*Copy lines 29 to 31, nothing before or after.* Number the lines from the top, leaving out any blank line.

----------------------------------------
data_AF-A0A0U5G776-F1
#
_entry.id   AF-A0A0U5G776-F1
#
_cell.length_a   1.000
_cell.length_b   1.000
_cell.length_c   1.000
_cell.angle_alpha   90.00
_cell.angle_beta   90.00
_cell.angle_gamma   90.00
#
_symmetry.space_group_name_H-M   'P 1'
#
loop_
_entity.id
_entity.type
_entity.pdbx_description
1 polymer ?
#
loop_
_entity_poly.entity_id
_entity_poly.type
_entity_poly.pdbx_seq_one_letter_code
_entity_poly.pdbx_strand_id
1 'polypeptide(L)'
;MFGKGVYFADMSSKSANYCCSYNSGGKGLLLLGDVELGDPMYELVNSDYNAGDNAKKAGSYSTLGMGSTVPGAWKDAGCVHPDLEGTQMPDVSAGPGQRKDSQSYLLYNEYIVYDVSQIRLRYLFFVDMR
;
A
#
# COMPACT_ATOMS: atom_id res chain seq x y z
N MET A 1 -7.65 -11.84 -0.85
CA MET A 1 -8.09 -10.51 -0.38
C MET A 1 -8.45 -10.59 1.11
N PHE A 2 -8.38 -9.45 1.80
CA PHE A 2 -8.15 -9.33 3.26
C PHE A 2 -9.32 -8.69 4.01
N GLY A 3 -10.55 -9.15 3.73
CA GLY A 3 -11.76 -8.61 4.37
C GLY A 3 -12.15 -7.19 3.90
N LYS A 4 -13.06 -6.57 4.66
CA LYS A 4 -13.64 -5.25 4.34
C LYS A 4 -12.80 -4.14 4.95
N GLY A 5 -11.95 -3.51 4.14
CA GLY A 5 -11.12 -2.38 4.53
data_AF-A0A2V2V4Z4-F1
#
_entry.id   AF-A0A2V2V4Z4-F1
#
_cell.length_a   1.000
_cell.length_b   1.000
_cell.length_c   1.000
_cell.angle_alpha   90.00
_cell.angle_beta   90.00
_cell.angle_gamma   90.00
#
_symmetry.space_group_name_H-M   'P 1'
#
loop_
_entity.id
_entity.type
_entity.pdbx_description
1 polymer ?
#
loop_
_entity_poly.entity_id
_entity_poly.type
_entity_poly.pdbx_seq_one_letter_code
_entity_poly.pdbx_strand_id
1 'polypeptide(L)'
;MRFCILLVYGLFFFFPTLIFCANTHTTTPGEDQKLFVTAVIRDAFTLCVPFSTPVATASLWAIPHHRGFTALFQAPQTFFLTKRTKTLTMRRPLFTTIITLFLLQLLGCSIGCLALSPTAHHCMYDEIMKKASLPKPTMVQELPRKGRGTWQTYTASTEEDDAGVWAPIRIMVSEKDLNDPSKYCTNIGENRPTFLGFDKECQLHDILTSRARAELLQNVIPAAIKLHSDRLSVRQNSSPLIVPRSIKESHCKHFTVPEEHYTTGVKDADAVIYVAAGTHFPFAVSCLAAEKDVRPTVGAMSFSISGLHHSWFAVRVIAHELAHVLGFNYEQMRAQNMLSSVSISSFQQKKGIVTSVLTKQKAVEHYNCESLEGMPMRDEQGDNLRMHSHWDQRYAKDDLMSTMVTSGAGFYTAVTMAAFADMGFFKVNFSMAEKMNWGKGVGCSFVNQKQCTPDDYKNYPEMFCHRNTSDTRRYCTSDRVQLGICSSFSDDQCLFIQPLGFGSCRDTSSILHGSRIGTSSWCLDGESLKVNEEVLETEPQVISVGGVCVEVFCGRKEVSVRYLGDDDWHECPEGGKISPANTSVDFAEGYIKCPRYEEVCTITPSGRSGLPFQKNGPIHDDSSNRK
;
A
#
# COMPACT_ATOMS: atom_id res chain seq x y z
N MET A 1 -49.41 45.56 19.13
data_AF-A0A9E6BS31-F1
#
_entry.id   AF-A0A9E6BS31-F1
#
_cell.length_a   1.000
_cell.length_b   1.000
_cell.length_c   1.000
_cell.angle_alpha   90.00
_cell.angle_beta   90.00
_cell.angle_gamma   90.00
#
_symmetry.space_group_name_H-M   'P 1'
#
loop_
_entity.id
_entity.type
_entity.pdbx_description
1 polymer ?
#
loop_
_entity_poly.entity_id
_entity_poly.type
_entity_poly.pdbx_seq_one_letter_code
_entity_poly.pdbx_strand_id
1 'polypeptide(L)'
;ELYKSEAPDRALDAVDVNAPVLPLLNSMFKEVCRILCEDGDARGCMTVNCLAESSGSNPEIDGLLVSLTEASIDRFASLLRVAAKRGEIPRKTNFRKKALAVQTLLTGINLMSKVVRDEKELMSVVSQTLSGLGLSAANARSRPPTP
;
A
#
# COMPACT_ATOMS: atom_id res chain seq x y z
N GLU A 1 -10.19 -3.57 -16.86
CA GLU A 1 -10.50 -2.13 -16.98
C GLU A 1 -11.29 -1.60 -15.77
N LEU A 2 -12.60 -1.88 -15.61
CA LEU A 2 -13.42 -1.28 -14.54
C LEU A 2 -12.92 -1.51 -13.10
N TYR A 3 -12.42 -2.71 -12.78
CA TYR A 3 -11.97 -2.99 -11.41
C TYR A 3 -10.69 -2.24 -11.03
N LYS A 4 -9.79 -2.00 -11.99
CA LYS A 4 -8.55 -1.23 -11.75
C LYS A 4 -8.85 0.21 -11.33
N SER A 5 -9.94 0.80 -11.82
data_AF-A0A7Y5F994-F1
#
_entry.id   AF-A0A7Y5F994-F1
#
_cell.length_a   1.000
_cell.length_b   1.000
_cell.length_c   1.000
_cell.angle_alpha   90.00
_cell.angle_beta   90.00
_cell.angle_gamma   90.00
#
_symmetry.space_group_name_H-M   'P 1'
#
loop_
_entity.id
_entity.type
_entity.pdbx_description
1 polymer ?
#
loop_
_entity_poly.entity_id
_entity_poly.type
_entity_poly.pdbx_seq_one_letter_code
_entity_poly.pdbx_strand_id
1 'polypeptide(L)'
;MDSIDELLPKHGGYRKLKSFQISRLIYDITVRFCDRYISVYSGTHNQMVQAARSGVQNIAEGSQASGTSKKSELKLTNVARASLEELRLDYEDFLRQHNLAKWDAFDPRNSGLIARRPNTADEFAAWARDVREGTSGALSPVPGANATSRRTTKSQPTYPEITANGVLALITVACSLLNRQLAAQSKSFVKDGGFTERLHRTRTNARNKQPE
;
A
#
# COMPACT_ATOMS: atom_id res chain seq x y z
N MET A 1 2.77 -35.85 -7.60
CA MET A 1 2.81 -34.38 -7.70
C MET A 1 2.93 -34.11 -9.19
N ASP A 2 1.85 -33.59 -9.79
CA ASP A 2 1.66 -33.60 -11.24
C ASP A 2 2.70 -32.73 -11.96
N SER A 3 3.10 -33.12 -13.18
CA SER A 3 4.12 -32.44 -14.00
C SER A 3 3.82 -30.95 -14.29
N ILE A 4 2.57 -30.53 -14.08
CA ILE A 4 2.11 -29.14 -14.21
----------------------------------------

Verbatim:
#
# COMPACT_ATOMS: atom_id res chain seq x y z
N MET A 1 -7.65 -11.84 -0.85